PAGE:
opens tonight, Wed, June 18, 6-8p:
“Leaps into the Void: Shamanism, Meditation, Transcendence, Oblivion”
Gwyn Joy, Sky Kim, Michael Maxwell,
Joe Nanashe, Phoebe Rathmell
Garis & Hahn Gallery, 263 Bowery, NYC
a group exhibition united by the philosophical underpinnings and practical objectives of each artist’s own practice in addressing concepts related to meditation and altered mental states, physical and mental transcendence and Eastern and Western belief systems related to cycles of life.
closes soon (June 15):
“Lebbeus Woods, Architect”
The Drawing Center, 35 Wooster St., NYC
The exhibition brings together works from the past forty years by architect Lebbeus Woods, centering on transformation as a recurring theme and providing a framework for understanding the experimental nature of his work. Acknowledging the parallels between society’s physical and psychological constructions, Woods has depicted a career-long narrative of how these constructions transform our being. Working mostly, but not exclusively, with pencil on paper, Woods has created an oeuvre of complex worlds—at times abstract and at times explicit—that present shifts, cycles, repetitions within the built environment. His timeless architecture is not in a particular style or in response to a singular moment in the field; rather, it offers an opportunity to consider how built forms impact the individual and the collective, and reflect contemporary political, social and ideological conditions, and how one person contributes to the development and mutation of the built world.
recommended, recently opened:
André-Pierre Arnal, Pierre Buraglio, Louis Cane,
Mark Devade, Daniel Dezeuze, Noël Dolla, Jean-Michel Meurice,
Bernard Pagés, Jean-Pierre Pincemin, Patrick Saytour, Claude Viallat.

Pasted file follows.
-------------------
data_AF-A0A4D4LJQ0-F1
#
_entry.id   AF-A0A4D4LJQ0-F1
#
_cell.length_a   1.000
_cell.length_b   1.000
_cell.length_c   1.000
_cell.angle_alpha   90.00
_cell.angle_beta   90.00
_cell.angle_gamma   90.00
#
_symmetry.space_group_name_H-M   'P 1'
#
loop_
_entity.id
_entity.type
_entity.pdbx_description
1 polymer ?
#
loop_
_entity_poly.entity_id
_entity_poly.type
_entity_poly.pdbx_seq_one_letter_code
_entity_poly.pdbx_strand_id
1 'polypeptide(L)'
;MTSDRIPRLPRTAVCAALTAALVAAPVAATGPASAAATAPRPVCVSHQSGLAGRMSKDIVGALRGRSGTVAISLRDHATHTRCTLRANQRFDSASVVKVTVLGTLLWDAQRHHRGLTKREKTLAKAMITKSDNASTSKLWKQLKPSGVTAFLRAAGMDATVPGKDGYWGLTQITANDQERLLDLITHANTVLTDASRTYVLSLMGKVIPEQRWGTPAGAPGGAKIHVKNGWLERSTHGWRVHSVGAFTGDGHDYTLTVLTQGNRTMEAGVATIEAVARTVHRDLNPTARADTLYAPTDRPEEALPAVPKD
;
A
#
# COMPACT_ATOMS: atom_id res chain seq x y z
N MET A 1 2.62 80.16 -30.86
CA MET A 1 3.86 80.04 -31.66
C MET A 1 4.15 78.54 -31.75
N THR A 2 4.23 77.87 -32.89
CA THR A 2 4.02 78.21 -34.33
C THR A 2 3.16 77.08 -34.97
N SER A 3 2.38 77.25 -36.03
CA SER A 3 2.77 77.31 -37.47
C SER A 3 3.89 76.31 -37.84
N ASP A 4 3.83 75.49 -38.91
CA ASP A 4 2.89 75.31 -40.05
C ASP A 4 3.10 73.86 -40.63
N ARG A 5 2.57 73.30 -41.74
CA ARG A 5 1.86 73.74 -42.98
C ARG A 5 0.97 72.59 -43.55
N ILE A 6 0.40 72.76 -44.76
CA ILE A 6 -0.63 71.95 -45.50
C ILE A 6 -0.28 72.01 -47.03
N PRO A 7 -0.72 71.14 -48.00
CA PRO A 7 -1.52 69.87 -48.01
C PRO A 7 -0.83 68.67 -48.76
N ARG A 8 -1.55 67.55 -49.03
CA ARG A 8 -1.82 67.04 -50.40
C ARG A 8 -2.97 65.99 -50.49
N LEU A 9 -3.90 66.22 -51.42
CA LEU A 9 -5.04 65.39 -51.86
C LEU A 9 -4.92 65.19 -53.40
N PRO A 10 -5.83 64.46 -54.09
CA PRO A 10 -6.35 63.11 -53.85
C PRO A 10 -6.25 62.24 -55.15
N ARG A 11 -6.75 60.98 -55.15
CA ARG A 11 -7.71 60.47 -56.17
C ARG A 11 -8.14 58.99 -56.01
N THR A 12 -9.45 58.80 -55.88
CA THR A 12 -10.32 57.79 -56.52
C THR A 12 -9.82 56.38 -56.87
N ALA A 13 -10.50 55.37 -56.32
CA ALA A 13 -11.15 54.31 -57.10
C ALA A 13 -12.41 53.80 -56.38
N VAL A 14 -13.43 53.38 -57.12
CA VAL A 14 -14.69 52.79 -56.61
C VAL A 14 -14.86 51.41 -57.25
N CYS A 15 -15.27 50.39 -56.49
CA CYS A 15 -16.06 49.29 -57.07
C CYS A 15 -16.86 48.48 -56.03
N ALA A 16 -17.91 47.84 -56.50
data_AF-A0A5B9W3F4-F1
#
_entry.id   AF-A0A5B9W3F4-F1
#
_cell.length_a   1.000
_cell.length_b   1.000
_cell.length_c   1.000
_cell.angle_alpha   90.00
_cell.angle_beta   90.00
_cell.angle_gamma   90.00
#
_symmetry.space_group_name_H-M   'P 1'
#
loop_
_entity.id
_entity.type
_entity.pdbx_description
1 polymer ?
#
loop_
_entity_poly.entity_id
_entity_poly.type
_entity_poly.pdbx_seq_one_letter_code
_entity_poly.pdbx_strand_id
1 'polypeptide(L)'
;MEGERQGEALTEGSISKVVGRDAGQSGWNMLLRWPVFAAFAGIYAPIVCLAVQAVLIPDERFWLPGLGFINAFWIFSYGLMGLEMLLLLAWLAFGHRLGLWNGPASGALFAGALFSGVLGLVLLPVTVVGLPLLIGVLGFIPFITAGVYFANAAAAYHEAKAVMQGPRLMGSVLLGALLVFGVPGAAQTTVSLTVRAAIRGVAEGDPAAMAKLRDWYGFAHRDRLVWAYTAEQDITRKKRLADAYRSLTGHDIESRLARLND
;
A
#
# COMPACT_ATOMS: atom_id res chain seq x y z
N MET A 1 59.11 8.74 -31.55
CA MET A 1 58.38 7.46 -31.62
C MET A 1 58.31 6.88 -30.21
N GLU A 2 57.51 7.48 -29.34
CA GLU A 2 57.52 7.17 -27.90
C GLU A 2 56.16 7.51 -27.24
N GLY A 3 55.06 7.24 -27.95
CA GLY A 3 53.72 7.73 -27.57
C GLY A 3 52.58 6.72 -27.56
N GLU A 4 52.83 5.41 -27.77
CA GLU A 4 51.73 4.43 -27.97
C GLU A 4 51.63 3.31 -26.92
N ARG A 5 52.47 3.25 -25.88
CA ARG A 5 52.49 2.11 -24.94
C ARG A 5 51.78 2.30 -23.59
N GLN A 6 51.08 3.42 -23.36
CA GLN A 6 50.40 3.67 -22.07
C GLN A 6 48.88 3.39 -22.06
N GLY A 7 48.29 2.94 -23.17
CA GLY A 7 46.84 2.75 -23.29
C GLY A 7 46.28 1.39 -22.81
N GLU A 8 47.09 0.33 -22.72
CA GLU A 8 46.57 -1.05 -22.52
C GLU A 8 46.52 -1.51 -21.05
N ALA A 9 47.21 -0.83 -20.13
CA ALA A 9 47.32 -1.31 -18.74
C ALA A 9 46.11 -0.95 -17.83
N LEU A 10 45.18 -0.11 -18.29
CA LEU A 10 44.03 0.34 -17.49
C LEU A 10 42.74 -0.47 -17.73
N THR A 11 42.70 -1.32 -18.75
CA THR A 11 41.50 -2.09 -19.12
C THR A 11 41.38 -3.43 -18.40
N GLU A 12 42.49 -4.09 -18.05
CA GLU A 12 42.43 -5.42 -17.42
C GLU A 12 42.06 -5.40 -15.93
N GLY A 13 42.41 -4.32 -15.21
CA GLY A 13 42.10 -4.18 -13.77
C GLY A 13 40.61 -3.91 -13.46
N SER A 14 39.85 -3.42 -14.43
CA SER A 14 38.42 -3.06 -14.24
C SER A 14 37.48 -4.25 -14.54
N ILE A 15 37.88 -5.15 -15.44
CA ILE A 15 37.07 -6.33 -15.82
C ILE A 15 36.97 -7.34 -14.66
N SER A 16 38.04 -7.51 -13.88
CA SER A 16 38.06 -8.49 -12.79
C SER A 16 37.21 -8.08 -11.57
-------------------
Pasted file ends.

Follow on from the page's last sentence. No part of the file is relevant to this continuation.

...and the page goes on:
Canada Gallery, 333 Broome St., NYC
the first comprehensive exhibition in the United States of this under-recognized French art movement. Supports/Surfaces was a loose confederation of about 15 artists mostly from the south of France (Nimes, St. Etienne, Nice, Etc.) who made work marked by an interest in materiality, expansive ideas of what a painting could be and often a lyrical use of bright color. There is no manifesto, but the writings and ideas of Freud, Marx, Clement Greenberg, Michael Fried and Chairman Mao were tossed together along with a deep interest in Matisse, another artist associated with the south of France. Everyday items used as art materials were as radical then as they are commonplace now. Witness the dishrags of Dola, the painted sunshade umbrellas of Viallat, the lathe constructions of Dezeuze or Saytour’s bolt of raw fabric in the seminal piece “Deployed”. Supports/Surfaces artists may or may not have been the ﬁrst to pick up such materials, but what they did with them formally is the key to what sets the group apart from say Arte Povera in Italy or the more famous French group BMPT. In their hands there was a coupling of base material, the format of painting and the poetics of unprogrammatic form and color that simultaneously questioned and reaffirmed painting. Presented with Galerie Bernard Ceysson. thru July 20
read Sharon Butler’s comprehensive review & essay at Two Coats
Pierre Buraglio, Montage, 1981, Mixed media on canvas
Mark Devade, Untitled, 1967, Ink on canvas
opens Fri, May 23, 6-8p:
Jack Hanley Gallery, 327 Broome St., NYC
Belgium-based painter Alain Biltereyst’s small works on plywood are concerned with everyday, contemporary life. The artist is inspired by geometric forms that he sees on a daily basis, such as logos on currency, advertising on the sides of trucks, and fences against a landscape. He strives to interpret this ‘Geo Land’ into works that are “as simple and poetic as possible.” Formal repetition and color choices reflect the artist’s background in graphic design and fascination with commercial and other urban signs, where the lines between culture and subculture are blurred. Beneath the hard edge geometry of each composition, lies a painterly gesture, implying a depth in the otherwise flat composition. - thru June 22